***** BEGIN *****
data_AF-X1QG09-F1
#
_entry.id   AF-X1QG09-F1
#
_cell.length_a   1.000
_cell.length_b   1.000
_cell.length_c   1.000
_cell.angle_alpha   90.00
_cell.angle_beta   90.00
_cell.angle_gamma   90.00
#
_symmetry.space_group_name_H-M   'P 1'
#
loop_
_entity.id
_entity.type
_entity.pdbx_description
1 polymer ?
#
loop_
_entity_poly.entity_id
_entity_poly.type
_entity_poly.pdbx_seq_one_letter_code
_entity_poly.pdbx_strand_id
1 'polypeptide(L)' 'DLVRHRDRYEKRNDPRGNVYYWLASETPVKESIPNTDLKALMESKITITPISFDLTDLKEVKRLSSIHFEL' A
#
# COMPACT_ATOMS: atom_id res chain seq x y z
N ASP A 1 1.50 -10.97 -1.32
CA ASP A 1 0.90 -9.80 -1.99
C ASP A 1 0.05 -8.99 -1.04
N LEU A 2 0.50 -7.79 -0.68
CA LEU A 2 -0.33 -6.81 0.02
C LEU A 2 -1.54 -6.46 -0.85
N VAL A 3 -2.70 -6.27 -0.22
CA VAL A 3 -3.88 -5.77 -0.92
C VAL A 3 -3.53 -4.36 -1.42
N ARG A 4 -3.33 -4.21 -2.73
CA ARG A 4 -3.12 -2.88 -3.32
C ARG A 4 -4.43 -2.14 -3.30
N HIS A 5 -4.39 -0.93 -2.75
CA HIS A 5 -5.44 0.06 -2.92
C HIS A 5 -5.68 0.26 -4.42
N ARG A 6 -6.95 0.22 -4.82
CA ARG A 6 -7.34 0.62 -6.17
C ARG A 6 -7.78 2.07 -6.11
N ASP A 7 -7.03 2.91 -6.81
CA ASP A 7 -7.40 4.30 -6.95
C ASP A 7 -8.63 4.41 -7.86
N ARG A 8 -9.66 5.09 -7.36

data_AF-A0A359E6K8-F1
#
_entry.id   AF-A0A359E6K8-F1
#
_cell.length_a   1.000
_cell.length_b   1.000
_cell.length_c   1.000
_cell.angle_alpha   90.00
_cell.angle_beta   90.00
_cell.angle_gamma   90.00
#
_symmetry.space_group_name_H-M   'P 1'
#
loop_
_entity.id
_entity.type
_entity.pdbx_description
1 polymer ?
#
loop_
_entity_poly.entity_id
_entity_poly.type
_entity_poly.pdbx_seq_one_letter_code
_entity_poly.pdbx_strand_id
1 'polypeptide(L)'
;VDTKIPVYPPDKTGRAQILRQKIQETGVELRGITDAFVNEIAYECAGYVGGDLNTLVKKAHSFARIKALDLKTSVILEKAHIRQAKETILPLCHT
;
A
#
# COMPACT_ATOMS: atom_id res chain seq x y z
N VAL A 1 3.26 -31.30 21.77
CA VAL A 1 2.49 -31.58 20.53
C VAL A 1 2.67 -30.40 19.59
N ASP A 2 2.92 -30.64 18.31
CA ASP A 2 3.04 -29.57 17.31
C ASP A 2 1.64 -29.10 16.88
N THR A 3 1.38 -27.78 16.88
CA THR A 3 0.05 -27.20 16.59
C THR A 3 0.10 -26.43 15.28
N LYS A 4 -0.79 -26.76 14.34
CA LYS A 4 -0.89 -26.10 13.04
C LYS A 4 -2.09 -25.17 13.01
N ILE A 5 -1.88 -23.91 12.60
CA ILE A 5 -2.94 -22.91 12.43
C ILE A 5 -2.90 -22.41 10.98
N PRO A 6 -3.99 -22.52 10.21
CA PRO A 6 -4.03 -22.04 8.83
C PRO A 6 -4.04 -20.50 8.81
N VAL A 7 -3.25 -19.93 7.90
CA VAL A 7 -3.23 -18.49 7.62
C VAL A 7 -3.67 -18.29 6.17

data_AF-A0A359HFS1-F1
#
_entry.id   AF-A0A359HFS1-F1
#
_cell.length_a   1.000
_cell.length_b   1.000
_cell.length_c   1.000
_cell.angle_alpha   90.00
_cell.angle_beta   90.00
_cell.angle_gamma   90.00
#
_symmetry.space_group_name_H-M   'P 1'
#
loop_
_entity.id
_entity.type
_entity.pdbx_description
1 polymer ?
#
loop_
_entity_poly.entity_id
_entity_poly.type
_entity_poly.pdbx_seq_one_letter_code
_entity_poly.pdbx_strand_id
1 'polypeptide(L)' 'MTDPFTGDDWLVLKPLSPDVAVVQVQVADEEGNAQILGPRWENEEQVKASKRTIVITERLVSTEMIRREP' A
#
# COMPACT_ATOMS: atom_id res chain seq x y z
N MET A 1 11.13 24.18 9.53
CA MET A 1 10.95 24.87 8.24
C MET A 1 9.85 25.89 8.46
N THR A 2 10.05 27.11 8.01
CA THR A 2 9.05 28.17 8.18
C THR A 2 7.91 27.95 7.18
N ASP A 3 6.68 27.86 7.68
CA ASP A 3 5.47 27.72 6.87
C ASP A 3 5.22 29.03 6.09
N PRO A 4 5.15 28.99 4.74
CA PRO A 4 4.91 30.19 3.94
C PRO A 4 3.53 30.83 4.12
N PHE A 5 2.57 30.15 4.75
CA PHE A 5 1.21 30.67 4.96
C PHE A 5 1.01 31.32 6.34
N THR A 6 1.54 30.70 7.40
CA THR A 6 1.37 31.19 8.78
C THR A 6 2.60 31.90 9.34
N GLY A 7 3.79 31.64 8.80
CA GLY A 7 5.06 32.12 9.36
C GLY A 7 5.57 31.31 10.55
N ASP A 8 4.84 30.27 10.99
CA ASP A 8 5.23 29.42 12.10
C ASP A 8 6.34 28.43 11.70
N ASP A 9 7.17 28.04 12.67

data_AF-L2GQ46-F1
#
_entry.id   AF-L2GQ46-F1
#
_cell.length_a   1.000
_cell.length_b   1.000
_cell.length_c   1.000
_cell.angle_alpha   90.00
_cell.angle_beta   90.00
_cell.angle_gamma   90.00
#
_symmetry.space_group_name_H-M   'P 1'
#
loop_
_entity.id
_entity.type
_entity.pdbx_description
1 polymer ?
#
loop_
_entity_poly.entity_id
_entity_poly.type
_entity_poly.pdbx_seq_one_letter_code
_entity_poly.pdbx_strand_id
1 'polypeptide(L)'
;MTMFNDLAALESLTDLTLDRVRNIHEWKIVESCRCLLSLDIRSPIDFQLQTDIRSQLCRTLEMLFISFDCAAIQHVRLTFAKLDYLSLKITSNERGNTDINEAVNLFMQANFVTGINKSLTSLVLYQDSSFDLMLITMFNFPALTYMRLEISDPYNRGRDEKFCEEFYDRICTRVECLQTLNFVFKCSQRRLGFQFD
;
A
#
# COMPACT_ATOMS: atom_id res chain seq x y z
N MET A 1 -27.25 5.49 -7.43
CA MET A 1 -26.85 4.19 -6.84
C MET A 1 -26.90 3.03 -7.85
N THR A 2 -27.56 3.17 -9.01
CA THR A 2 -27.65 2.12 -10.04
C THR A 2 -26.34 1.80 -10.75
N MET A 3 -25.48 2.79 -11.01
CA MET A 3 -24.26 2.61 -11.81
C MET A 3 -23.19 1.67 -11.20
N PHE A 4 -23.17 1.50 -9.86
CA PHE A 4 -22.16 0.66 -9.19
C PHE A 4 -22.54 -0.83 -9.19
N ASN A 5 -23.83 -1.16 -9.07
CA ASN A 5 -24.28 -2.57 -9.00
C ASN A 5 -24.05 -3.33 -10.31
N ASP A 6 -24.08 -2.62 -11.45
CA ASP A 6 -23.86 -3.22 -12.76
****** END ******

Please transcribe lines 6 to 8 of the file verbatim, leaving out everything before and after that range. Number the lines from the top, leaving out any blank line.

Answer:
_cell.length_b   1.000
_cell.length_c   1.000
_cell.angle_alpha   90.00